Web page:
Who wants to be a peer support facilitator? Early data from RAPSID: randomised controlled trial of peer support in Diabetes

Simmons, D., Bunn, C. and Graffy, J. (2012) Who wants to be a peer support facilitator? Early data from RAPSID: randomised controlled trial of peer support in Diabetes. In: 72nd Scientific Session of the American Diabetes Association, Philadelphia, PA, USA, 8-12 Jun 2012,

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Publisher's URL: http://ada.apprisor.org/epsAbstract.cfm?compid=1&id=2


New approaches are needed to support people with diabetes achieve their care goals. RAPSID is testing whether trained Peer Support Facilitators (PSFs: people with diabetes who provide practical and personal support to others, chosen because they have personal experience of diabetes and are able to relate well to other patients) can facilitate self care. People with Type 2 diabetes are recruited by poster/ practice mailout and invited to be a PSF. We compare the clinical characteristics and perceived barriers to diabetes care of potential PSFs (PPSFs) vs others. From over 20000 invitations, 1469 expressed an interest in participating in RAPSID of whom 834 (57%) were interested in being a PSF. Demographic/ clinical characteristics and barriers to care (27 closed questions with yes/no/don’t know answers - with no/don’t know grouped for analysis) were surveyed. Compared with others, PPSFs were similar in terms of age (64±10 y), diabetes duration (9±7 y), time from last care contact (3±3 months), gender (60% male), glucose monitoring (50%), tablet/insulin treatment (77/18%), smoking (9%), self reported complications (27%) and proportions reporting knowing enough about diabetes (47%), knowing/being able to access/being comfortable to talk with (65/74/86%) their diabetes team, being ‘happy’ with their medications (72%) and having enough family/community (73/54%) help. PPSFs were more likely to report being able to afford to have diabetes (54 vs 48% p=0.008), to have all the services they need (71% vs 62% p=0.002), be happy with how their diabetes care is organised (78 vs 74% p=0.025), feel that others need to know more about diabetes (51% vs 42% p=0.009) and feel able to look after their diabetes (85% vs 78% p=0.004), We conclude that people with Type 2 diabetes wishing to be a PSF were more positive about several aspects of care and self care than others. Comparisons of personality and metabolic characteristics might also be useful in identifying effective PSFs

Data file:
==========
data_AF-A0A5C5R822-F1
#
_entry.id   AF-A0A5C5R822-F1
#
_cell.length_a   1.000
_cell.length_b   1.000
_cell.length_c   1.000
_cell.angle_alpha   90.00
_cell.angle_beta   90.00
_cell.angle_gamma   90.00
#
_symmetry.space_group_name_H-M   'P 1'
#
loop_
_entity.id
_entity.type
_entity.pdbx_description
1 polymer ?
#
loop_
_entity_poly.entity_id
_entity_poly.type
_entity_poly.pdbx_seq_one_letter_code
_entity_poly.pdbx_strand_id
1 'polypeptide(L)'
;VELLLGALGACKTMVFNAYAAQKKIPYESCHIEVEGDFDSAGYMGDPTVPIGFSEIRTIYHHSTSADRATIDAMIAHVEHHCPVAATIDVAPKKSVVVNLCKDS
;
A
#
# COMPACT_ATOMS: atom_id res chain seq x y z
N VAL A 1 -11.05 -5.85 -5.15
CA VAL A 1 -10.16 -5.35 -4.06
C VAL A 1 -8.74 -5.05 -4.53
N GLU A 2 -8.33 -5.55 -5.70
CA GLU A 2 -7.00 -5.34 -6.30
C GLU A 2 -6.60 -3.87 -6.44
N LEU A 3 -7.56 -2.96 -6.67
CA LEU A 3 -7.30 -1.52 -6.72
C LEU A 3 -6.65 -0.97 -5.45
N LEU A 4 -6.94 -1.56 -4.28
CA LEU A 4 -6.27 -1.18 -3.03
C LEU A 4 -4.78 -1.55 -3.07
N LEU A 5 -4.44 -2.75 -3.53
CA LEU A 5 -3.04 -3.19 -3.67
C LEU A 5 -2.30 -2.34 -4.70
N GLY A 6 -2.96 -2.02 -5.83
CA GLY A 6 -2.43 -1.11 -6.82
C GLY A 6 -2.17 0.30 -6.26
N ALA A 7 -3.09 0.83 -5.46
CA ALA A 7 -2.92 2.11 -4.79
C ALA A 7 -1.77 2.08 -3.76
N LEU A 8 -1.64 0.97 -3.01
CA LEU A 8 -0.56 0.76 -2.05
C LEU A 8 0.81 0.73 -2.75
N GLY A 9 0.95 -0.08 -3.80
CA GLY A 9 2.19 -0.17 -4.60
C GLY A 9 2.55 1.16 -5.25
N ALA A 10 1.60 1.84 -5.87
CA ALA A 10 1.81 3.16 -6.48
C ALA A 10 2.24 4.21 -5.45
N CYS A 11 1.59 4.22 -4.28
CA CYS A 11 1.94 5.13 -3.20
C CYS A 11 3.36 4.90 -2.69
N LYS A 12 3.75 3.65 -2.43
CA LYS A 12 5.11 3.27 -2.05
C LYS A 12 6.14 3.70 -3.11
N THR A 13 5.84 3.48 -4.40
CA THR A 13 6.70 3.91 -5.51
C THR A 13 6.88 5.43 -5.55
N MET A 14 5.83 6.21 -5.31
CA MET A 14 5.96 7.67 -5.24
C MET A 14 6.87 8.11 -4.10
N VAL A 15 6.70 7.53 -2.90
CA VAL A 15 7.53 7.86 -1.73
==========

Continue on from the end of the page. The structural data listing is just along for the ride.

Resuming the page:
Item Type:Conference Proceedings
Glasgow Author(s) Enlighten ID:Bunn, Dr Christopher
Authors: Simmons, D., Bunn, C., and Graffy, J.
Subjects:H Social Sciences > HM Sociology
R Medicine > RA Public aspects of medicine
College/School:College of Medical Veterinary and Life Sciences > School of Health & Wellbeing > Social Scientists working in Health and Wellbeing
College of Social Sciences > School of Social and Political Sciences

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